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Citizens Serving Communities: Above and Beyond

December 2009 Civil Air Patrol Celebrates 68th Anniversary
Julie DeBardelaben Deputy Director Public Affairs

injured while carrying out CAP missions during the war. “Our citizen volunteers have a proud legacy of selfless service to their country and their communities. They truly go above and beyond each day, giving their best as needs arise,: said Maj . Gen. Amy Courter, CAP’s national commander. “This occasion provides citizens across America the opportunity to honor Civil Air Patrol and its members. Be sure to say ‘thanks’ to these unsung heroes in your communities who provide such vigilant service, often without fanfare. Each day, through their volunteer efforts, our members help save lives and preserver liberty for all.” As the official auxiliary of the U.S. Air Force, today’s Civil Air Patrolperorms a multitude of missions in communities

Maxwell Air Force Base, Ala- The58,000 citizen volunteers of the Civil Air Patrol will mark CAP’s 68th anniversary on Deb 1. The celebration commemorates the rich history of vigilant service provided by the official auxiliary of the U.S. Air Force over the past seven decades. The all-volunteer, nonprofit organization was founded on Dec. 1, 1941, less than a week before the Japanese attack on Pearl Harbor led to America’s involvement in World War II. It’s members soon proved their worth by conducting aerial patrols, vigilance that discouraged and eventually stopped deadly German U-boat attacks on shipping in American waterways. Fiftynine heroic members died; 26 were lost at sea; and seven others were seriously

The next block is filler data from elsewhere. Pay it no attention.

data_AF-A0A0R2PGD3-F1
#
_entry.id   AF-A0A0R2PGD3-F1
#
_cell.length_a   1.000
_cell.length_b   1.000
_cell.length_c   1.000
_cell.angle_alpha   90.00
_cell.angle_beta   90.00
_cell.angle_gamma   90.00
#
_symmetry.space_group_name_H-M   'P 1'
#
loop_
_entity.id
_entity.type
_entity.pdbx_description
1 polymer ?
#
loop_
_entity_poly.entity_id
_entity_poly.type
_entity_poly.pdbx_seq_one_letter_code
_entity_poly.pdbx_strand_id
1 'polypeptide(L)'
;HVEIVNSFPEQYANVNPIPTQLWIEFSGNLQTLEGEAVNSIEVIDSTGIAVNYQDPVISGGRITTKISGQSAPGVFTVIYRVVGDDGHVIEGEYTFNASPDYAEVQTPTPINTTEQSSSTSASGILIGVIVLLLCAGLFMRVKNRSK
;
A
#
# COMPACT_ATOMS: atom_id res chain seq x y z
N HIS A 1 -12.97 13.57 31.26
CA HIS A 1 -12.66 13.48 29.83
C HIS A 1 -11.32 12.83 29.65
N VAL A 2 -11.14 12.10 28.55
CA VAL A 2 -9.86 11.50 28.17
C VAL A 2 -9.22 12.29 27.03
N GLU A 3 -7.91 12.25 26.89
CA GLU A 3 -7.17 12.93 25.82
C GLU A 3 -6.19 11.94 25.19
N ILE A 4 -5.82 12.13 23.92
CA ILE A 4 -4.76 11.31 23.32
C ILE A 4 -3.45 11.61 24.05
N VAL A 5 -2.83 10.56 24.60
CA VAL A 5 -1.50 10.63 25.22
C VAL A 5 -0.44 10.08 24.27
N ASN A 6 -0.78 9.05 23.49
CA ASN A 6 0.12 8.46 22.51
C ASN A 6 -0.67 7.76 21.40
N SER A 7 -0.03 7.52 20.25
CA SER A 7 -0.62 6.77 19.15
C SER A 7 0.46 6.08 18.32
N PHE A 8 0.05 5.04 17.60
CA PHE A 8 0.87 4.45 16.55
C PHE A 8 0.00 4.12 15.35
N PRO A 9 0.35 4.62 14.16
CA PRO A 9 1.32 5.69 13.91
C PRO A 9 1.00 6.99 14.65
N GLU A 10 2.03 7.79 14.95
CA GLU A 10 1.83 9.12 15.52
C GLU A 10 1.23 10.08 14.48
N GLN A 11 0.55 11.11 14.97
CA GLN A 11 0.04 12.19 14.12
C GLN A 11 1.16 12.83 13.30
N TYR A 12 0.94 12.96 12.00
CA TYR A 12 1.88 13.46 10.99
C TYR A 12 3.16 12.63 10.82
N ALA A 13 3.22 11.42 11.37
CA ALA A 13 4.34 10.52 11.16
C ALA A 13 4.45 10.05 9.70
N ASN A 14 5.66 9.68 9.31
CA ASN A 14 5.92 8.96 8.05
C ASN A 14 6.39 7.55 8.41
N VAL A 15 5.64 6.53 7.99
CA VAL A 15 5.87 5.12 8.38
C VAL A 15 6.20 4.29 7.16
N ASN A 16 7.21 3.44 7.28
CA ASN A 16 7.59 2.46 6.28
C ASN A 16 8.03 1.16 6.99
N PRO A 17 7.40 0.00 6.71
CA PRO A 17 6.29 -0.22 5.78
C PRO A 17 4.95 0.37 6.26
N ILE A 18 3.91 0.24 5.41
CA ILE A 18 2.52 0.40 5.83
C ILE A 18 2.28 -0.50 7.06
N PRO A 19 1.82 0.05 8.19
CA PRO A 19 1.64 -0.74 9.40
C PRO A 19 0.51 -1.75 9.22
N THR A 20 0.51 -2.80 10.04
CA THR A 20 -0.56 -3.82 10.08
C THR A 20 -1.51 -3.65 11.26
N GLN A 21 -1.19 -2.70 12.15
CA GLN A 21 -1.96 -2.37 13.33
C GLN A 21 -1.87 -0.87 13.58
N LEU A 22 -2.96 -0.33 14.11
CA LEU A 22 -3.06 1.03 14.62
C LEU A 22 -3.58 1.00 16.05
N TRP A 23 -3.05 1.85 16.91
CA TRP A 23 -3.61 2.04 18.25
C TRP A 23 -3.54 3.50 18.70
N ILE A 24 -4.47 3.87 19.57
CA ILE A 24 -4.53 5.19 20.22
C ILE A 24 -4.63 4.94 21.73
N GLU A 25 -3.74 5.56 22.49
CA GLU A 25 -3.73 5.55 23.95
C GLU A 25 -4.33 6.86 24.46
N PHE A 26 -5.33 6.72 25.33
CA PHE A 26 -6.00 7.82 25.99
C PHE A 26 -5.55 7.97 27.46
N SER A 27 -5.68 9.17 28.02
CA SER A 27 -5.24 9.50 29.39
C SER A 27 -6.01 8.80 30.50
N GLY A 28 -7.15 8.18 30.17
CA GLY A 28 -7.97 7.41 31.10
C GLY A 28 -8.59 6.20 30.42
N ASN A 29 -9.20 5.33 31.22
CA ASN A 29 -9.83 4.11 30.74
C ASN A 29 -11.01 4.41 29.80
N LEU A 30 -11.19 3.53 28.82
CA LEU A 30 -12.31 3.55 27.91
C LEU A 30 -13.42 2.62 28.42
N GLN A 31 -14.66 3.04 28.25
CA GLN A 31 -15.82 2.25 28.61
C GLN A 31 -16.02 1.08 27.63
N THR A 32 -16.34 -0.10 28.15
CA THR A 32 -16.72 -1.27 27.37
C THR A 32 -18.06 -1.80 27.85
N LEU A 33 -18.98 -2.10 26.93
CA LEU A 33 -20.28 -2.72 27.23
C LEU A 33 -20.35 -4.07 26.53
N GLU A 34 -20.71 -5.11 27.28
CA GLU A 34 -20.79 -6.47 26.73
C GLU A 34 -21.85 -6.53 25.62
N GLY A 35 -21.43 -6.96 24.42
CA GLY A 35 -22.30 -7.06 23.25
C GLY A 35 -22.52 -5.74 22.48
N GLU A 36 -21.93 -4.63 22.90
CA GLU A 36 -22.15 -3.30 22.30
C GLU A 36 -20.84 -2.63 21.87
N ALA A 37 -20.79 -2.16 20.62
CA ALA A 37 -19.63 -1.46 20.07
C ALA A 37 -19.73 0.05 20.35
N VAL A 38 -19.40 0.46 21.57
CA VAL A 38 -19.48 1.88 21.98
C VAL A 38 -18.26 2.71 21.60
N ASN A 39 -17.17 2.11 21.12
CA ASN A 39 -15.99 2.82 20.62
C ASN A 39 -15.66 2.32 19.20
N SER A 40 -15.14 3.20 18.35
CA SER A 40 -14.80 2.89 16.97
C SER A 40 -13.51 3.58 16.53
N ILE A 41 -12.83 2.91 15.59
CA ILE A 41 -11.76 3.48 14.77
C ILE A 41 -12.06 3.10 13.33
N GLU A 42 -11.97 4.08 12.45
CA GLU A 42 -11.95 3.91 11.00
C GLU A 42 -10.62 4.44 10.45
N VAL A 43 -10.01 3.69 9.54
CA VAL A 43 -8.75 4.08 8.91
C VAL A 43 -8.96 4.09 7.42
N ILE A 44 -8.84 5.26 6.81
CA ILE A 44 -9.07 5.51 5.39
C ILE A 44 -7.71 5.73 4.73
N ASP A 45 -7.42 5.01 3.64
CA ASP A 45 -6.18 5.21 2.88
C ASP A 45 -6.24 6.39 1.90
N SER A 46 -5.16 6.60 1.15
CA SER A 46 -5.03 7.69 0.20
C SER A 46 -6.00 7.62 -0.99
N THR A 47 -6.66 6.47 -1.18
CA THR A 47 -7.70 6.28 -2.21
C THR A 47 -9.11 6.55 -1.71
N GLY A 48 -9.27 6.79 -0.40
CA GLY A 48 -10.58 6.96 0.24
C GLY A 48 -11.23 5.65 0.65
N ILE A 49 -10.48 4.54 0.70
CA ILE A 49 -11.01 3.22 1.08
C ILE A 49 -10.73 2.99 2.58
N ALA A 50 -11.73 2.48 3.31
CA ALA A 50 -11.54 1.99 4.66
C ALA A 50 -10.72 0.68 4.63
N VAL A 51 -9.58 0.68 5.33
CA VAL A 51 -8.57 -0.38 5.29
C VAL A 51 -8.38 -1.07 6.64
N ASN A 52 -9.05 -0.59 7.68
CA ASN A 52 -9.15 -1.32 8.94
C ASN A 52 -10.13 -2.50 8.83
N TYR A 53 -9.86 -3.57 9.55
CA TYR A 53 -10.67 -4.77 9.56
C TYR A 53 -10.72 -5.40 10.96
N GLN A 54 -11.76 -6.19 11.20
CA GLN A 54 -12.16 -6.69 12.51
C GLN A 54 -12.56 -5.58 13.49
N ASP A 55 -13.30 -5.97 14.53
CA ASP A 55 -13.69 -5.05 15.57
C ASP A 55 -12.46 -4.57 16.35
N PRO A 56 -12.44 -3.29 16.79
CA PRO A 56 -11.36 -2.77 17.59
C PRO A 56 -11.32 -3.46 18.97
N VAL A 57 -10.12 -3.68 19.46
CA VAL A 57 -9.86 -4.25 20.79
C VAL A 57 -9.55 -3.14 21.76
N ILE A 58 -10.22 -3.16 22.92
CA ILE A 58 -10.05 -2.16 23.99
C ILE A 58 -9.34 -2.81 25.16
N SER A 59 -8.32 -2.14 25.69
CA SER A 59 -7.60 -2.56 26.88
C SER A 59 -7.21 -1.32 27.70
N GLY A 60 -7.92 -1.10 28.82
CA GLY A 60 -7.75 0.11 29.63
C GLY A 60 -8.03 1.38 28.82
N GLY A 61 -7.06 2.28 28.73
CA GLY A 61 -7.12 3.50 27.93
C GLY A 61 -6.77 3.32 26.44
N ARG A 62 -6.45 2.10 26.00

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throughout the nation’s 50 states and Puerto Rico:  CAP responds day or night when planes are overdue and emergency locator transmitters go off. It’s volunteers perform 90 percent of continental U.S. inland search and rescue missions, as tasked by the Air Force Rescue Coordination Center, and were credited by the AFRCC with saving 91 lives in fiscal year 2008.  CAP provides disaster relief during hurricanes, floods, wildfires, earthquakes, tornadoes and countless other emergencies. In addition, members perform homeland security and counterdrug missions at the request of federal, state, and local agencies  CAP plays a leading role in aerospace education and mentors more than 23,000 young Americans through its cadet program. By partnering with 900 educators nationwide, members nurture the talents of generations of the nation’s sons and daughters with cadet programs that stress leadership and moral responsibility and teach aviation and emergency response skills.